Red and Fuzzball on Convergence
January 1958 Radio-Electronics Article
not sure when storytelling as a style of technical writing went
the way of vacuum tubes (probably about the same time, come to think
of it), but this article from the January 1958 edition of Radio-Electronics
is a prime example of how such prose was utilized. Two characters,
Red and Fuzzball, meet at a coffee counter and discuss the intricacies
of color convergence in color television sets. Such issues are not
a concern with today's electron-beam-less displays, but back in
the day, it made the difference between an acceptable picture and
frustrating images with color fringing. Maybe you remember those
days. After having read many articles on troubleshooting, repairing,
and aligning TV sets prior to LCD and LED displays, I have a real
appreciation for the knowledge of really good repairmen. In some
ways the vacuum tube sets were easier to troubleshoot because the
tech could easily pull tubes from sockets to make voltage and resistance
readings rather than needing to unsolder transistors or ICs.
January 1958 Radio-Electronics
Wax nostalgic about and learn from the history of early electronics. See articles
published 1929 - 1948. All copyrights hereby acknowledged.
Red and Fuzzball on Convergence
By Robert G. Middleton
Fuzz is still learning about color TV - the hard way
Fig.1 - (left) Blue lateral corrector separates blue and
lines for easier checking.
Fig.2 - (center) Make the
red and blue lines parallel.
Fig.3 - (right) Red, green
and blue vertical center lines must all be parallel.
I still got a job?" asked Fuzzball anxiously, as he sat down beside
Red at the counter. "Take it easy," Red replied. "Old Fatpants is
late himself this morning - he don't even know that you didn't show."
Fuzz' hand shook visibly as he reached for the cup of coffee.
"So where you been, anyhow?" Be asked curiously.
out to be sort of a lost weekend for me," Fuzzball explained. "I
took one too many and ..."
"There are times," Red chuckled,
"when Fuzz lives in a world of his own."
"There ain't no
such world," Bess snorted, and flounced off.
a good reason for me falling off the wagon though," Fuzz said in
"Always is," Red agreed. "What's yours?"
"It's that installation out on the South Side," said Fuzz.
"Line voltage drifts up and down so much that I can't converge the
picture tube for sour apples."
"That's easy," replied Red.
"All you got to do is put in an automatic line-voltage regulating
"That's easy?" Fuzzball asked. "This guy won't
even buy an outdoor antenna. I can't get him off my back."
"Lord have mercy," Red breathed. "The penny-pinching public
"What can I do?" Fuzzball asked helplessly.
"Ignore him," Red advised.
"Suppose he calls up Old
Fatpants and complains?"
"Let him. I'll talk to Fatpants.
I been on these hey-rube runs before."
"Can you cash me a check?"
"The answer is
no. Here's a fin I'll give you. That way nobody ain't kidding nobody."
"Thanks, Red. I dunno what I'd do without a buddy like you."
"I know what you'd do - and so do you."
Not to change the subject but I got a new way to converge
a picture tube that I like better."
"When I start making the vertical dynamic, I kill the red gun
and line up the green dots with the blue dots."
wrong with doing it that way, if you want to."
you started me out," explained Fuzzball, "I left the red gun on.
It's less complicated to adjust the green by itself."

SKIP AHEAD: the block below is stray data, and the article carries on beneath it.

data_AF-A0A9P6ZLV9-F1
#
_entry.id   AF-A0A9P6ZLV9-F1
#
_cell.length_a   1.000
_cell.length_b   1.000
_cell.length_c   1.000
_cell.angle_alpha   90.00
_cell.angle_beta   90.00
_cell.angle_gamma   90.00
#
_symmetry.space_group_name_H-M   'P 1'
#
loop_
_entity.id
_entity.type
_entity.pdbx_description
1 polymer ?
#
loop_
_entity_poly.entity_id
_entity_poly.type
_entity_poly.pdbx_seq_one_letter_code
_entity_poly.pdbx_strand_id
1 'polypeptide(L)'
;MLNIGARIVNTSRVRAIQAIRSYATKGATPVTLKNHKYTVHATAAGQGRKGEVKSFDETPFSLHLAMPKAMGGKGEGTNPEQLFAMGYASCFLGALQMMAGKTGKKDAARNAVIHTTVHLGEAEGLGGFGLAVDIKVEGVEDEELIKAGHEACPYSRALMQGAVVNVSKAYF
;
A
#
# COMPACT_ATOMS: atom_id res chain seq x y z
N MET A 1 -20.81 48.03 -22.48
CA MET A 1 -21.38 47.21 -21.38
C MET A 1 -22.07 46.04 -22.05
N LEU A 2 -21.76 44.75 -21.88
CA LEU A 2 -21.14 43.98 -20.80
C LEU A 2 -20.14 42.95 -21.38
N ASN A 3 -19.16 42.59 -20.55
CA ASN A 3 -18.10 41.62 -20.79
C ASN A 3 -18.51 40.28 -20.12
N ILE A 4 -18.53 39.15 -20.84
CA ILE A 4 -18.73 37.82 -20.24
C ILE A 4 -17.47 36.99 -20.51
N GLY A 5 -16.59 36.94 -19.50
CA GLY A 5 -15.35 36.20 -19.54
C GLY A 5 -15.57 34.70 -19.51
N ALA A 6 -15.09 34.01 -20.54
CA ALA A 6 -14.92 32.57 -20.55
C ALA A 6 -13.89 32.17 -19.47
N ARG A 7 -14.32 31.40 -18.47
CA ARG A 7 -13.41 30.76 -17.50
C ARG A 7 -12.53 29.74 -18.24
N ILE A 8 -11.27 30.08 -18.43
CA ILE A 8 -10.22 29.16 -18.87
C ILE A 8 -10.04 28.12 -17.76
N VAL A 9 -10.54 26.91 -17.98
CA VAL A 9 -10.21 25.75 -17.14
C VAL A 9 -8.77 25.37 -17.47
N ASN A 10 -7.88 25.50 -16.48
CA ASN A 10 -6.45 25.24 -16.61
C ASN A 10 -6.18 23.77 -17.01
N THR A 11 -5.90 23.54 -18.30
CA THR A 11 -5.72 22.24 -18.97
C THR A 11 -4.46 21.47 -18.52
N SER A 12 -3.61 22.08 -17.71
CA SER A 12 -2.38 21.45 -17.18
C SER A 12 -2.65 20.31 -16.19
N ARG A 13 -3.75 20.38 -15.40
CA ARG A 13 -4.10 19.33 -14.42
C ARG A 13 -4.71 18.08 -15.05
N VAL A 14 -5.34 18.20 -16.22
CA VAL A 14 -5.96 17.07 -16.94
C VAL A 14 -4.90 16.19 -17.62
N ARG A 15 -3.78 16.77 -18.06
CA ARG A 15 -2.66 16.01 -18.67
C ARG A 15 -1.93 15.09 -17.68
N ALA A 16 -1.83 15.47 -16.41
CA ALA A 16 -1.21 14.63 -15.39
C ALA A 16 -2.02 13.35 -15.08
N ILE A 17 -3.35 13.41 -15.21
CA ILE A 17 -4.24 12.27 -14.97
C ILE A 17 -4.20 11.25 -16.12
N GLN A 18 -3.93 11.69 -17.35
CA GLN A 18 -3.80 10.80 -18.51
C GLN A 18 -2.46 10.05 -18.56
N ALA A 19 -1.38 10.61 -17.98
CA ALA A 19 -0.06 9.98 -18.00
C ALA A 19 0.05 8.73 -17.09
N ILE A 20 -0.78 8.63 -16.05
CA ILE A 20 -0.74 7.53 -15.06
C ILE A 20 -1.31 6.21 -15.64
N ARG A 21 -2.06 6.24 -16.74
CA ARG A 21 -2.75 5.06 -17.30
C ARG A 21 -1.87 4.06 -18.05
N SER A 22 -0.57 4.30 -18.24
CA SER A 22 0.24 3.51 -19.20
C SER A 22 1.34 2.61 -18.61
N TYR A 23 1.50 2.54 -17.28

the beginning, yes," Red agreed. "But it's a sure bet that after
you get some more experience, you'll be leaving the red gun on."
"I suppose you're right," Fuzzball remarked. "Right now,
it seems easier to work with two colors at a time."
you get experience," Red explained, "you'll learn to pay no attention
to the colors you're not working with. It will just be a bother
to you, then, to be turning guns off and on."
"I see what
you mean," Fuzz replied. "Tell me this," said Red, "do you keep
the green and blue dots converged in the center?"
took your hint before, Red. I use crosshatch to start the job and
I found it's easier that way."
"Thought you would."
"But I don't keep the green and blue lines converged at the
center unless I'm working in a real dark room."
"Hope so," Fuzz replied. "I found that when
there's light shining on the screen, it's easier to judge if the
green and blue lines are straight with each other if I keep them
separated a little bit." (See Fig. 1.)
"Most techs would
agree with you on that one," Red assured him.
the set manufacturers have done that really helps on this convergence,
"They are either mounting the
dynamic controls on the front of the set or on a box that you can
bring around to the front."
"You can say that again. It's
cut convergence time just about in half."
"OK. I will say
it again," Fuzzball grinned.
"You're a real character,"
Red replied disgustedly. "But what are you doing after you line
up the green and blue vertically?"
"Well, then I kill the
green gun and turn the red gun back on."
"I adjust the red beam magnet or the blue lateral corrector
to separate the red and blue lines a little bit."
"Just like the green. I adjust the red vertical amplitude
and tilt controls to make the red and blue lines straight with each
other up and down the screen." (See Fig. 2.)
"I hope you
mean you are watching just the vertical center column on these vertical
adjustments," Red interjected.
"What do you think I am.
Stupid?" Fuzzball asked.
"I'd rather not answer that question
yet," Red observed. "Then what next?"
"That's when I turn
the green gun back on and check to see whether the green light is
still straight." (See Fig. 3.)
"A little green touchup might
be in order," Red agreed.
I adjust the beam magnets and the lateral corrector to bring the
three color lines together and make a white line."
your luck running?" "Sometimes there's a little tattle-tale color
showing at the top or bottom," Fuzzball admitted.
never get it 100% perfect," Red reassured him. "We discussed that
"But you can't see it very far back from the set,"
"Better hadn't, at viewing distance anyhow."
"It's a funny thing," Fuzzball mused, "when there's a little
color showing at the top of the white line, the dynamic adjustments
will shift the color fringing to the bottom of the line, or to the
middle. But you got to leave a little fringing somewhere."
"You're getting hep," Red remarked, "and just where do you leave
"Does it make a difference?" Fuzz asked innocently.